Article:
Gillies, R.(2006). Teachers’ and students’ verbal behaviors during cooperative and small-group learning. British Journal of Educational Psychology, 76, 171-287
Gillies, R & Ashman A (1996). Teaching collaborative skills to primary school children in classroom-absed work groups. Learning and Instruction, 6(3), 187-200
Hijzen, D, Boekaerts, M & Vedder, P (2006). The relationship between the quality of cooperative learning, students’ goal preferences and perceptions of contextual factors in the classroom. Scandinavian Journal of Psychology, 47, 9-12.
Johnson, D.W., Johnson, R.T. & Stanne M.B (2001). Impact of Goal and Resource Interdependence on Problem-Solving Success. The Journal of Social Psychology, 129(5), 621-629
Johnson, R.T. & Johnson, R.T. (1992). Implementing cooperative learning. Contemporary Education, 63, 173-180.
Kim, D, & and Hall, J.K. (2002). The role on an interactive book reading program in the development of second language pragmatic competence. The Modern Language Journal, 86(3), 332-348.
Klingner, J.K., Vaughn, S., & Schumm, J.S. (1998). Collaborative strategic reading during social studies in heterogeneours fourth-grade classroom. The Elementary School Journal, 99, 3-22.
Krashen, S. D. (1981). Effective Second Language Acquisition: Insights from Research. The Second language classroom. Oxford University Press, Inc.
Lewin, K. (1935). A dynamic theory of personality. New York: McGraw-Hill.
Lynch, T. (2001). Seeing what they meant: Transcribing as a route to noticing. ELT Journal, 55, 124-132
Matthews, Mona & Kesner, John (2000). The silencing of Sammy: One struggling reader learning with his peers. International Reading Association, 53(5), 382-390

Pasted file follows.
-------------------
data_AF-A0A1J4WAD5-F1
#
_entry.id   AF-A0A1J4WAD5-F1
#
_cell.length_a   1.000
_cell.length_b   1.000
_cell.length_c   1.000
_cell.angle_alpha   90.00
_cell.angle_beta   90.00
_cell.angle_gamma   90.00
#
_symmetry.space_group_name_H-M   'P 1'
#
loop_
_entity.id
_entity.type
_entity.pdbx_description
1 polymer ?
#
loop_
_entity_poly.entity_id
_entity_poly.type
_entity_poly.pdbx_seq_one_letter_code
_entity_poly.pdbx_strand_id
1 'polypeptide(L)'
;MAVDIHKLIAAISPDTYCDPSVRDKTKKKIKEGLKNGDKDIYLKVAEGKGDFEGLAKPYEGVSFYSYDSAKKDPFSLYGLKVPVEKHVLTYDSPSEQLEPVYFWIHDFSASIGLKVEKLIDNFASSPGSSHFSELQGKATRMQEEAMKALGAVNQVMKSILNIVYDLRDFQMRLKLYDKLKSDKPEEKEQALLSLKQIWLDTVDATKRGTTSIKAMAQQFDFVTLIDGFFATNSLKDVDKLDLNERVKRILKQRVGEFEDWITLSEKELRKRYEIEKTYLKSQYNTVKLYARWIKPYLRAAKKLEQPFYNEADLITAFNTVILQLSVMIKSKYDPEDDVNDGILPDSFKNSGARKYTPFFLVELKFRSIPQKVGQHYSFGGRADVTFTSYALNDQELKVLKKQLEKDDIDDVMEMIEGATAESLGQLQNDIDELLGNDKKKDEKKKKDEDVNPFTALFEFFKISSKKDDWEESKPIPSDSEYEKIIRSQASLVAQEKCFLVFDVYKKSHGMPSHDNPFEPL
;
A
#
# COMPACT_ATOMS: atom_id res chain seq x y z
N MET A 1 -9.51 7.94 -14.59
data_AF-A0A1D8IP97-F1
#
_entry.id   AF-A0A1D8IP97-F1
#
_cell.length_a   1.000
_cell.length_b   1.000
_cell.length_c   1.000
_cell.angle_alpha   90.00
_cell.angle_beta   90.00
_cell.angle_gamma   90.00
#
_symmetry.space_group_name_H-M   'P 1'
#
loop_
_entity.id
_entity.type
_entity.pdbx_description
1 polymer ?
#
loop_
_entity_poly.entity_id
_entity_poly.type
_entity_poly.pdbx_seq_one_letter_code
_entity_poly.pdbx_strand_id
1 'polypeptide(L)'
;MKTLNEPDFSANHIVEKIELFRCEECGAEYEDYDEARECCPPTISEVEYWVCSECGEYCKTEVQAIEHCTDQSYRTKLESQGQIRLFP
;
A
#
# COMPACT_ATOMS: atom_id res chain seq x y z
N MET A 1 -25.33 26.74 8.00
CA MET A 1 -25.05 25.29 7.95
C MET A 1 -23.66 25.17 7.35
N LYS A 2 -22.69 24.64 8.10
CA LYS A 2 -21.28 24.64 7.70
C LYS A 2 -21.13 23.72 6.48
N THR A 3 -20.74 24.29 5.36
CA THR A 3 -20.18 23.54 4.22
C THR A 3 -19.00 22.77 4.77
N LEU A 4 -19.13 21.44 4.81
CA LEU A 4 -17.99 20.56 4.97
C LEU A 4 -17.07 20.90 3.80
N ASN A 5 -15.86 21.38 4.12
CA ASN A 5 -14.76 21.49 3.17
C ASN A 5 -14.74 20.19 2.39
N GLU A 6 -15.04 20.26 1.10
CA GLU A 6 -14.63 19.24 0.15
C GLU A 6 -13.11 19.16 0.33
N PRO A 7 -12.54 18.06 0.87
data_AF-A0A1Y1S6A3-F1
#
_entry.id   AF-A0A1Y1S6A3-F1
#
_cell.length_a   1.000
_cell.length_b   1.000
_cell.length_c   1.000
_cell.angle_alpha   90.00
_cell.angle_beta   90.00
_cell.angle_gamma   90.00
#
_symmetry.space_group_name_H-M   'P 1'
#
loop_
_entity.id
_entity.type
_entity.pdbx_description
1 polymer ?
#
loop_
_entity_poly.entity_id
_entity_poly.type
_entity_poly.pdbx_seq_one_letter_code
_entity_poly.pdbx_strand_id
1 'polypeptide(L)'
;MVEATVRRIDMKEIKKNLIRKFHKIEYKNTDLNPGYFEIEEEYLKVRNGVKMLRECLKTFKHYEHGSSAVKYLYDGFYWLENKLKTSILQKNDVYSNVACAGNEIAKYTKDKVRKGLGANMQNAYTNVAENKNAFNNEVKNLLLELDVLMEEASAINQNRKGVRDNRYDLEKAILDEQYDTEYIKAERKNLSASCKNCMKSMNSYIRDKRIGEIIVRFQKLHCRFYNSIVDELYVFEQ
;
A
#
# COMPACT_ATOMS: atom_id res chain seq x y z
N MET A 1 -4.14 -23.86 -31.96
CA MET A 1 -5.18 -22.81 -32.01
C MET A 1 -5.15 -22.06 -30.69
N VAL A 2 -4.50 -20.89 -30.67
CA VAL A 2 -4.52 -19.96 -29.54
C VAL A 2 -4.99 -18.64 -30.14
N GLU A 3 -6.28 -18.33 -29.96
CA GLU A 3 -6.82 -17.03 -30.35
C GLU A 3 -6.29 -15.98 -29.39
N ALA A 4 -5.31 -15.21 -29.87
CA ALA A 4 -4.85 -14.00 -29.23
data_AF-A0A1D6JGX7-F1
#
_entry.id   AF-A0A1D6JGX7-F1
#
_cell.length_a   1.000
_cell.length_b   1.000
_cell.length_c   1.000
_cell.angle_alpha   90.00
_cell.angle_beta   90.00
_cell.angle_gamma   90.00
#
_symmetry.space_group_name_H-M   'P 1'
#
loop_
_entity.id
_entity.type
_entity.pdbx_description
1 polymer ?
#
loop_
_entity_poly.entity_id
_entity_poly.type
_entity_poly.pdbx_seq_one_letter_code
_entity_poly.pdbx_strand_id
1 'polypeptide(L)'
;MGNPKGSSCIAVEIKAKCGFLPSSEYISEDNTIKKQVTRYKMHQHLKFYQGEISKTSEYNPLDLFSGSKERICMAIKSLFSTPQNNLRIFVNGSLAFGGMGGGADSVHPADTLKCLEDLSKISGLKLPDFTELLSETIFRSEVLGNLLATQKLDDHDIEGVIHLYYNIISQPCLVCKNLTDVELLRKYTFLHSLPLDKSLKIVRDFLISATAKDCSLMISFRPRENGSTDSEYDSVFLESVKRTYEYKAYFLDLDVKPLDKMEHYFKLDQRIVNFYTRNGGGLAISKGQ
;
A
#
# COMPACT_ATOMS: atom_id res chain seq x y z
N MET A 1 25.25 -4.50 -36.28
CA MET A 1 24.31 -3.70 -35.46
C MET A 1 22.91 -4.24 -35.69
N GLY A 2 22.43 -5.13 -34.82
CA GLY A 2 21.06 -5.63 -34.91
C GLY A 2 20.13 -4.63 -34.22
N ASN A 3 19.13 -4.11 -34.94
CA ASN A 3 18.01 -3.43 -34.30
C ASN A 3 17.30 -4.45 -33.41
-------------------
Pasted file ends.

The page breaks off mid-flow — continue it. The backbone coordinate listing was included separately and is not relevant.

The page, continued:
Mori, J. (2002). Task design, plan, and development of talk-in-interaction: An analysis of a small group activity in a Japanese language classroom. Applied Linguistics, 23(3), 323-347.
Naughton, N.(2006). Cooperative Strategy Training and Oral Interaction: Enhancing Small Group Communication in the Language Classroom. The Modern Language Journal, 90,(ii).
Piaget, J. (1926). The Language and Thought of the child. New York: Harcourt Brace.
Shachar, H & Sharan S (1994). Talking, Relating, and Achieving: Effect of Cooperative Learning and Whole-Class Instruction. Cognition and Instruction, 12(4), 313-353.
Shachar, H & Shmuelevitz, H (1997). Implementing Cooperative learning, Teacher Collboration and Teachers’ Sense of EFFICACY IN Heterogeneous Junior High Schools. Contemporary educational psychology, 22, 53-72
Storch, N.(2001). How collaborative is pair work? ESL tertiary students composing in pairs. Language Teaching Research 5, 29-53
Swain, M.& Lapkin, S. (2003). Talking it through: Two French immersion learners’ response to reformulation. International Journal of Educational Research, 37, 285-304
Veenman, S, Denessen, E, Akker, A & Rijt, J (2005). Effects of a Cooperative Leraning Program on the Elaborations of Students During Help Seeking and Help Giving. American Educational Research Journal, 42(1), 115-137
Verplaetse, L.S. (2000). Mr. Wonder-ful: Portrait of a dialogic teacher. Second and foreign language learning through classroom interaction, 223-241
Vygotsky, L.S. (1978). Mind in Society (ed. M. Cole, V. John Steiner, S. Scribner, and E. Souberman). Cambridge, MA: Harvard University Press.
Wegerif, R, Mercer N, & Dawes L (1999). From social interaction to individual reasoning: an empirical investigation of a possible sociocultural model of cognitive development. Learning and Instruction. Walton Hall.